Meaning of deputy in English:

deputy

Pronunciation /ˈdɛpjʊti/

See synonyms for deputy

Translate deputy into Spanish

noundeputies

  • 1A person who is appointed to undertake the duties of a superior in the superior's absence.

    ‘his deputy has been largely running the business for the past year’
    • ‘the deputy prime minister’
    • ‘Tomorrow I hand over the Principal Clerk's duties to my deputy.’
    • ‘The National Railway Museum has appointed a new deputy head with a strong background in serving York's heritage.’
    • ‘In May 1998, he was appointed deputy assistant commissioner with the Metropolitan Police.’
    • ‘Last week he was appointed interim deputy leader of the party during the leadership race.’
    • ‘Eleven years later he joined the board and was appointed deputy chairman in May 2000.’
    • ‘Since his health was poor, moreover, he appointed a deputy to perform most of the routine presidential duties.’
    • ‘Lancashire's fire service has appointed a new deputy chief fire officer.’
    • ‘The deputy superintendent urged all road users to comply with the laws in the interests of road safety.’
    • ‘It was, however, recently reported that he had taken the unusual step of appointing a deputy.’
    • ‘The report also recommended giving heads, deputies and assistant heads set time for management duties.’
    • ‘The Commissioner is assisted by a deputy commissioner and a number of directors and professional advisers.’
    • ‘He served as deputy assistant attorney general in the Antitrust Division.’
    • ‘He also wants to bag the post of deputy chief minister for the party.’
    • ‘He became deputy managing editor in December 1997.’
    • ‘The Government suspended 18 policemen, including two deputy commissioners of police, and two excise department officials.’
    • ‘The vacancies at the top, with just two deputy commissioners managing the show, has slowed down the administration.’
    • ‘While I was a deputy mayor I laid a wreath on the war memorial.’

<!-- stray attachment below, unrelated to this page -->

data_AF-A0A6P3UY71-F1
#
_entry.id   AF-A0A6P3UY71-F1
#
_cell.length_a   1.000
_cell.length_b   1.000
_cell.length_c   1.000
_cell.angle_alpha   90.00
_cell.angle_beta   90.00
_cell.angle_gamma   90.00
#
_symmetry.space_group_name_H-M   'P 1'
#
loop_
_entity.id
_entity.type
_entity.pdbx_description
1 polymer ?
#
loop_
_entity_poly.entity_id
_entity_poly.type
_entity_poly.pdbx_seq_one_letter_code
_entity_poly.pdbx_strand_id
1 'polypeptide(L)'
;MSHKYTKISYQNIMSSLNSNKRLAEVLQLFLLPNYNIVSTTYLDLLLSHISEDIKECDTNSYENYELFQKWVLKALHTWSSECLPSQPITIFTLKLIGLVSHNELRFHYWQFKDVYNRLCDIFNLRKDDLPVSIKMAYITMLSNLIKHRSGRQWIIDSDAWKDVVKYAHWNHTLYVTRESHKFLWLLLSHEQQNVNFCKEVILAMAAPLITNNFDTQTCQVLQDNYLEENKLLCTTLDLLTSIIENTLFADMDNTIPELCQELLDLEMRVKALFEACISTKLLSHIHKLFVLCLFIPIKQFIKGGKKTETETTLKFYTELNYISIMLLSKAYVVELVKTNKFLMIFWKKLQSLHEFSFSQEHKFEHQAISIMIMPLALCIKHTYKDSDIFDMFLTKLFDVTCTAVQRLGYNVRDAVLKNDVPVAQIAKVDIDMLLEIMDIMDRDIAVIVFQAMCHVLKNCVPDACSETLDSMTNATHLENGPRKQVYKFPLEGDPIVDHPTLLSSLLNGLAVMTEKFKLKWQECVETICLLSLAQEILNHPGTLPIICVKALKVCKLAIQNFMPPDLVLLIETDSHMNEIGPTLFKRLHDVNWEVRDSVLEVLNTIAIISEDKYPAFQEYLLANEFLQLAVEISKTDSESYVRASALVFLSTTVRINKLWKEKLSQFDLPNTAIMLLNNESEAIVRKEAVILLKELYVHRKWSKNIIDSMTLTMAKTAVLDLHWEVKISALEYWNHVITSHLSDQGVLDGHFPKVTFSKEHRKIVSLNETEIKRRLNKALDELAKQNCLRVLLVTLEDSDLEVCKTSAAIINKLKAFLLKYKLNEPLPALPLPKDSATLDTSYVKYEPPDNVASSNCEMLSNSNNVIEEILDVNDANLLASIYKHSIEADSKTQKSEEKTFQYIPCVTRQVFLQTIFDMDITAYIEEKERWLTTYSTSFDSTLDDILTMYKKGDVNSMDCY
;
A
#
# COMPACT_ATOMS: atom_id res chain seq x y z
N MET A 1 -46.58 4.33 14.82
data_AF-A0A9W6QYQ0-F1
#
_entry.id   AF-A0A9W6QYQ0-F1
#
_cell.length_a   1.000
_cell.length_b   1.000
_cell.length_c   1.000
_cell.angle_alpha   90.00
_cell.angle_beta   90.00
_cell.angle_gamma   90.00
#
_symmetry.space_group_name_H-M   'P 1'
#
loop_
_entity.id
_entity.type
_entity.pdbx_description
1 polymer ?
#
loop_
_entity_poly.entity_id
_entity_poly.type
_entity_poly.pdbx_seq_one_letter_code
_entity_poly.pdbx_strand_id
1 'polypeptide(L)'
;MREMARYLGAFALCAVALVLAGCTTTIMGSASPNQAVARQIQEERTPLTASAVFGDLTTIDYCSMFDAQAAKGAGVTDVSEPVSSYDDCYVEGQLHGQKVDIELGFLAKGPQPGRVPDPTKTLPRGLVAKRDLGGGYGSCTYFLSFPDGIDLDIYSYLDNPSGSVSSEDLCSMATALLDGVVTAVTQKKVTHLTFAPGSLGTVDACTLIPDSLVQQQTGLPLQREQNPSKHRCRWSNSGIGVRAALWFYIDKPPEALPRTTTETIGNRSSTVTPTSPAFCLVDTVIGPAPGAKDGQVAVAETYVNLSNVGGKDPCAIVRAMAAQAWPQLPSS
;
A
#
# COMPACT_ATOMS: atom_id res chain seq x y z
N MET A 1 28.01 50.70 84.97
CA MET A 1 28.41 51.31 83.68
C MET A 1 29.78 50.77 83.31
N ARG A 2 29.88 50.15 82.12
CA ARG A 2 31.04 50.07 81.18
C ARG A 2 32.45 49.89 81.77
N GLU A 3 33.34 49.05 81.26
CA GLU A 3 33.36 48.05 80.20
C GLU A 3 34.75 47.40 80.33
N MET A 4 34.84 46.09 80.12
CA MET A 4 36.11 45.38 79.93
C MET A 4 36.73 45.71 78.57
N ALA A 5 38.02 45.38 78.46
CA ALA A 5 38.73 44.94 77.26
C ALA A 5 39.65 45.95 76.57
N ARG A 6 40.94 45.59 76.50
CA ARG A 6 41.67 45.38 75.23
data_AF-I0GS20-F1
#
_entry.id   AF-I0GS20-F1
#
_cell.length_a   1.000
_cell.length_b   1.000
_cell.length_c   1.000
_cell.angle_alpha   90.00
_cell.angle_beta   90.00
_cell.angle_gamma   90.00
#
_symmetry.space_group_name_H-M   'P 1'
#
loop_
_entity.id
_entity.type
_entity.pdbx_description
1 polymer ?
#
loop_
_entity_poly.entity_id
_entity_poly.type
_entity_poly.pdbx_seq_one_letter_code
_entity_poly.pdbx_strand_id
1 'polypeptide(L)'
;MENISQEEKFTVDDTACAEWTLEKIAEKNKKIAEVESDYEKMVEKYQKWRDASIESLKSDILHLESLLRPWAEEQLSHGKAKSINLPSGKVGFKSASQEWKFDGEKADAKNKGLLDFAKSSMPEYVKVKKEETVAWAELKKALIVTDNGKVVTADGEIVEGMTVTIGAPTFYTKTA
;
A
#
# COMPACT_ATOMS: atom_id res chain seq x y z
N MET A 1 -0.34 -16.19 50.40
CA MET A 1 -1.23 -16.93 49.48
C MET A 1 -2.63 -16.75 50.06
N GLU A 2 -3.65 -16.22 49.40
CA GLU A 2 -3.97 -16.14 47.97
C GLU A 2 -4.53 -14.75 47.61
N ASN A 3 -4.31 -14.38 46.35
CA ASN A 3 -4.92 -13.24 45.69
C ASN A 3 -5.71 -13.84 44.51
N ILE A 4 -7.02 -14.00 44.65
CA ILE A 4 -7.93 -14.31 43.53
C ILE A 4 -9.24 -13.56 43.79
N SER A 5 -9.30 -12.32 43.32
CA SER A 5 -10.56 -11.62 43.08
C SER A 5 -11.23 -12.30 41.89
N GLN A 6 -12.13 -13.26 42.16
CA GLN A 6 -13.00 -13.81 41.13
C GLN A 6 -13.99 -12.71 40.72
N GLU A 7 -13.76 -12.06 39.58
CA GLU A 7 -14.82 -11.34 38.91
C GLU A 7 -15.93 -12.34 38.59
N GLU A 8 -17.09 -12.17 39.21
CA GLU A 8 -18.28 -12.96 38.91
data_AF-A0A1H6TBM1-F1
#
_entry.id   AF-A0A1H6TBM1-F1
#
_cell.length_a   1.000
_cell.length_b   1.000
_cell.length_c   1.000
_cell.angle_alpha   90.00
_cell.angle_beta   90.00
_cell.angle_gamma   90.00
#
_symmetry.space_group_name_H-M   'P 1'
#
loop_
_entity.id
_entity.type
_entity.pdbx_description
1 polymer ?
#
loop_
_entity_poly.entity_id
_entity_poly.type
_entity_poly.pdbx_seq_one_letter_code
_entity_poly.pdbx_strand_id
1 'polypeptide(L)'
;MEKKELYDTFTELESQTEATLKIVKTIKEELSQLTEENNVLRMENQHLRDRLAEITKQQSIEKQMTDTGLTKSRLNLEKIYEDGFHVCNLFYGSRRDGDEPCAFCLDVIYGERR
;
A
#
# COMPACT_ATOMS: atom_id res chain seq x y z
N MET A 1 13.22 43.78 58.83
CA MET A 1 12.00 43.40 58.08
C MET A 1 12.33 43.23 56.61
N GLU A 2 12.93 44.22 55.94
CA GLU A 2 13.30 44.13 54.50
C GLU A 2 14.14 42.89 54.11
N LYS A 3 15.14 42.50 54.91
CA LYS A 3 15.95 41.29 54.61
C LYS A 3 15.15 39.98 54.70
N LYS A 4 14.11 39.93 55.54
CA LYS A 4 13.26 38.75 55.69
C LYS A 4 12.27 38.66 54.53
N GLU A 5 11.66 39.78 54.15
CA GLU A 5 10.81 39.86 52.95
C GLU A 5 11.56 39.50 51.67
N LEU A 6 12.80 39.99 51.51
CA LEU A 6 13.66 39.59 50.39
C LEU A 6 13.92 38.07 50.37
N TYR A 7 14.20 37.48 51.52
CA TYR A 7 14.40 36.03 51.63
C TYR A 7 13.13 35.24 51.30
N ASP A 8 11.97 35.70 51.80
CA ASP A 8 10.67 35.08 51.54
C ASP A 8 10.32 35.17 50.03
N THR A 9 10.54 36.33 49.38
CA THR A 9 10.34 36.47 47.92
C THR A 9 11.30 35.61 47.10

• ‘The deputy chairman's allowance has also been cut from £2,370 to nothing.’
    • ‘He was later promoted brigadier, and made a deputy director of military intelligence.’
    • ‘Apart from being deputy premier he also held the portfolios of commerce and trade, small business and regional development.’
    second in command, second, number two, subordinate, junior, auxiliary, adjutant, lieutenant, subaltern, assistant, personal assistant, PA, aide, helper, right-hand man, henchman, underling
    assistant
    View synonyms
    1. 1.1A parliamentary representative in certain countries.
      ‘the communists had numbered 324 out of the 450 deputies’
      • ‘Certain professions entailing privacy issues - such as priests, lawyers and parliamentary deputies - were excluded from the provisions of the law.’
      • ‘A total of 349 million people were eligible to vote for the 732 deputies of the European Parliament.’
      • ‘As the protest continued three parliamentary deputies attempted to discuss the teachers' concerns.’
      • ‘The two parties will have a total of 306 deputies in the new parliament.’
      • ‘Since then, they have had five deputies in the Parliament.’
    2. 1.2British A coal mine official responsible for safety.
      ‘The general secretary of the pit deputies union said it was ironic British mineworkers were wanted in Australia.’
      • ‘The dockers went on strike in July and pit deputies in the union threatened to strike in October.’
      • ‘He was a pit deputy at Redbrook colliery on the outskirts of Barnsley, in a different union.’
      • ‘And last month the pit deputies union Nacods also reluctantly agreed to the deal, despite months of trying to negotiate a national agreement.’
      • ‘Members of the pit deputies union were poised to stage the first of eight one-day strikes next Tuesday in a dispute over pay and conditions.’

Phrases

    by deputy
    historical
    • Instructing another person to act in one's stead; by proxy.

      ‘the wardens of the forests performed important duties by deputy’
      • ‘These clerks were appointed by patent for life, and were allowed to perform their duties by deputy.’
      • ‘The Registrar shall discharge such duties in respect of examinations as may be delegated to him by the Senate and he may perform these duties by deputy.’
      • ‘Colonial offices were often granted to men who had obligations and duties in England, who had no intention of leaving England, and who performed their colonial duties by deputy.’
      • ‘At that time the office was granted to the chancellor of England, who executed the duties by deputy.’
      • ‘Either of these dignities was often conferred by way of compliment on the emperor, who usually discharged its duties by deputy.’

Origin

Late Middle English from Old French depute, from late Latin deputatus, past participle of deputare (see depute).